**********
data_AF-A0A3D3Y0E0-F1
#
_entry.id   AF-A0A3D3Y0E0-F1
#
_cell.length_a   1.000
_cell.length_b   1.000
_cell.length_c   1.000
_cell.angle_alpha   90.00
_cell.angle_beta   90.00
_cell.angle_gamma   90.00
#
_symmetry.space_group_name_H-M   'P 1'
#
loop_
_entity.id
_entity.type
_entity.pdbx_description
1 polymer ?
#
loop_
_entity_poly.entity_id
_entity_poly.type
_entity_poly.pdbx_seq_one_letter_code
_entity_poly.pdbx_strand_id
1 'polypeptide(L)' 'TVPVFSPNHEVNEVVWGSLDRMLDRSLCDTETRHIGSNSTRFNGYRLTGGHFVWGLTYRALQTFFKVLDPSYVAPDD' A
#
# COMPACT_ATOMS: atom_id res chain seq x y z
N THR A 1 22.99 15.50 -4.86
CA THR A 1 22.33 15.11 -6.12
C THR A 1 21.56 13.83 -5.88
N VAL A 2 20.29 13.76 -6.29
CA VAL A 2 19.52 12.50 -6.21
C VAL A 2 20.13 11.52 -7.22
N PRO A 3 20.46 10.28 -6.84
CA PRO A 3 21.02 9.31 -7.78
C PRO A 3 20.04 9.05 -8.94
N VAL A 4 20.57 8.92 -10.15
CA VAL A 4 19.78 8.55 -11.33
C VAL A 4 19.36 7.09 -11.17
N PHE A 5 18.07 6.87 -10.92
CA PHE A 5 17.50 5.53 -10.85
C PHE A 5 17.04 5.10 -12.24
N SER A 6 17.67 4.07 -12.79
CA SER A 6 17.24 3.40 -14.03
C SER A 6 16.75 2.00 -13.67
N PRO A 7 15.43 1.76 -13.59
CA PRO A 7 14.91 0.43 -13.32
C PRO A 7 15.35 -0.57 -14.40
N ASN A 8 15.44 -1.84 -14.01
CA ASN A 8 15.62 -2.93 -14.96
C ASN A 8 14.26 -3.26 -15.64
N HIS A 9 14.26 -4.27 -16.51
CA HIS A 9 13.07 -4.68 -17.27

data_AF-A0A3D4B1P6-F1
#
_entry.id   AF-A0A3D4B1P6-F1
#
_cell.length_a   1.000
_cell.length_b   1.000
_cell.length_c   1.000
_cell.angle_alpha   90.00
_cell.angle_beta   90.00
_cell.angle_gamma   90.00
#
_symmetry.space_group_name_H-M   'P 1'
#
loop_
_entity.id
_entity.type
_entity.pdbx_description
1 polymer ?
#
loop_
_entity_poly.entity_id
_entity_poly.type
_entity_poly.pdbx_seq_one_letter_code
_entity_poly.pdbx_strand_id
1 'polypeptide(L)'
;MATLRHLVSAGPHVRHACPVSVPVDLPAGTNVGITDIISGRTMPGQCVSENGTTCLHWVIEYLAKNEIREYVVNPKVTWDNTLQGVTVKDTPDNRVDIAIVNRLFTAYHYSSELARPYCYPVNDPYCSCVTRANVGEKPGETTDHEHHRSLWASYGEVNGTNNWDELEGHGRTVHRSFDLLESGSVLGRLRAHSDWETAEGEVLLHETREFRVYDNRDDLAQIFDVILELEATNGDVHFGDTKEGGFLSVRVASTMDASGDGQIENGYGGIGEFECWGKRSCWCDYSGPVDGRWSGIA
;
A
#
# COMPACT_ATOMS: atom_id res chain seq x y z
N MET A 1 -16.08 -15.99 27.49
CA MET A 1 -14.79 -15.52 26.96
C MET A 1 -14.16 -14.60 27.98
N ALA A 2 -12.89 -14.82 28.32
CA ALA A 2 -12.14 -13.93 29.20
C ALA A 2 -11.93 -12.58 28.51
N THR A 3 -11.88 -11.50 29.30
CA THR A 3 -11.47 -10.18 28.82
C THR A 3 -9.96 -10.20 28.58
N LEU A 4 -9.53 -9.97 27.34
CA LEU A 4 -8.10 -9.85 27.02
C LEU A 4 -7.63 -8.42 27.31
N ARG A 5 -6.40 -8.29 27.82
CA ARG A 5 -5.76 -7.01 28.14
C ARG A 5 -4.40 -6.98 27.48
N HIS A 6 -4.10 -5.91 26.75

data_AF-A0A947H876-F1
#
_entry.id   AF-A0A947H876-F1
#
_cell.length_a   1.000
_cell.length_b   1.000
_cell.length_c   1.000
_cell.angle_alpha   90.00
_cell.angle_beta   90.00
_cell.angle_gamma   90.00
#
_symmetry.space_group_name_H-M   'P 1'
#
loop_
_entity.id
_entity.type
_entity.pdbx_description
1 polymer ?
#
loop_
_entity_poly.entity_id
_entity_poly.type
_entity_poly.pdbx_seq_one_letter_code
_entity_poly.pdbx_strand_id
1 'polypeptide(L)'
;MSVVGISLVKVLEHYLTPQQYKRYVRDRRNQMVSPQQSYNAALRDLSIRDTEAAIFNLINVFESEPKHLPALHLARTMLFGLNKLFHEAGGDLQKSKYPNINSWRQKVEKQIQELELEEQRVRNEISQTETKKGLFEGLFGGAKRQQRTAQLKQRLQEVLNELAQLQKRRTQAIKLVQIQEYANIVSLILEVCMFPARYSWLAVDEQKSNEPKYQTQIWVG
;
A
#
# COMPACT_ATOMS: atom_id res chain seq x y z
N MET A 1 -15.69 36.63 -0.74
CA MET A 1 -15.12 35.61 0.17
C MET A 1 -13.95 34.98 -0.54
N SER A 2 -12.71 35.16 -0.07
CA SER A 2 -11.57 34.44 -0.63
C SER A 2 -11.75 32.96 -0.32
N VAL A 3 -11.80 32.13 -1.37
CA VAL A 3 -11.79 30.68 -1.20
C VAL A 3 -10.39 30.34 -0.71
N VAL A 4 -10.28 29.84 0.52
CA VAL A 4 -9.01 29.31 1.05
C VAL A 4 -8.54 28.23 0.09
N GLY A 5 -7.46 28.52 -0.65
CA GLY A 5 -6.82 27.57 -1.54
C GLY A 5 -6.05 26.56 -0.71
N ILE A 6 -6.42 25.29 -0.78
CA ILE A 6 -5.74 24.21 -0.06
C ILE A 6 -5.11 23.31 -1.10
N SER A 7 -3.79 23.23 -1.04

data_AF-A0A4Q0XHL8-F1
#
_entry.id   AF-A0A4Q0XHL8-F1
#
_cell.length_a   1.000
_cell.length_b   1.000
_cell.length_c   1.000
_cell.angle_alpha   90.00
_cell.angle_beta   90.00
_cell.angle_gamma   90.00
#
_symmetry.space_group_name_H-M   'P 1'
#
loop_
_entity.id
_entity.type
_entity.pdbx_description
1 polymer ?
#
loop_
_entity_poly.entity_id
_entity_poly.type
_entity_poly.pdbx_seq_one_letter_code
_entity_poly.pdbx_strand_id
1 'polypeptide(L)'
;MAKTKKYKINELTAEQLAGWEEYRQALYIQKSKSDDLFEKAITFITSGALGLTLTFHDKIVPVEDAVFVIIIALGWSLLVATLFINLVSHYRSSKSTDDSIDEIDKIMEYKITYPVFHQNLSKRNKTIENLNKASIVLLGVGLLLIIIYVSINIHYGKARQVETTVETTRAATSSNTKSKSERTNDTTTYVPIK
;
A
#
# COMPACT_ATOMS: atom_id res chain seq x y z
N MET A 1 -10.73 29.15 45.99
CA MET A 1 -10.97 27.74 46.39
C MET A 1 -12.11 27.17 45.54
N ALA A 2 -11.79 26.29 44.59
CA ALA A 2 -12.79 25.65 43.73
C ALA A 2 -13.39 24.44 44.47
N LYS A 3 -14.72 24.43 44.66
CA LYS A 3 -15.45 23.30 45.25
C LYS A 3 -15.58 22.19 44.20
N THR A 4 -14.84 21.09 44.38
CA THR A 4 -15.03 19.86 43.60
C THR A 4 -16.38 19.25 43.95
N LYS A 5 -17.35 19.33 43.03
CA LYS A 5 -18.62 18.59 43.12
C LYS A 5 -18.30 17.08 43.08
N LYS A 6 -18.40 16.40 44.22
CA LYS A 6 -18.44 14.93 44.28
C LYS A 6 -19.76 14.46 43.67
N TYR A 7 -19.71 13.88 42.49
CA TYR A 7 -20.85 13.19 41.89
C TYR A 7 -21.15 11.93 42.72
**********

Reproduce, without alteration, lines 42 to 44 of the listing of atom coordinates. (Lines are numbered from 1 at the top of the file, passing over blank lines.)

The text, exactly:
C PHE A 5 17.04 5.10 -12.24
N SER A 6 17.67 4.07 -12.79
CA SER A 6 17.24 3.40 -14.03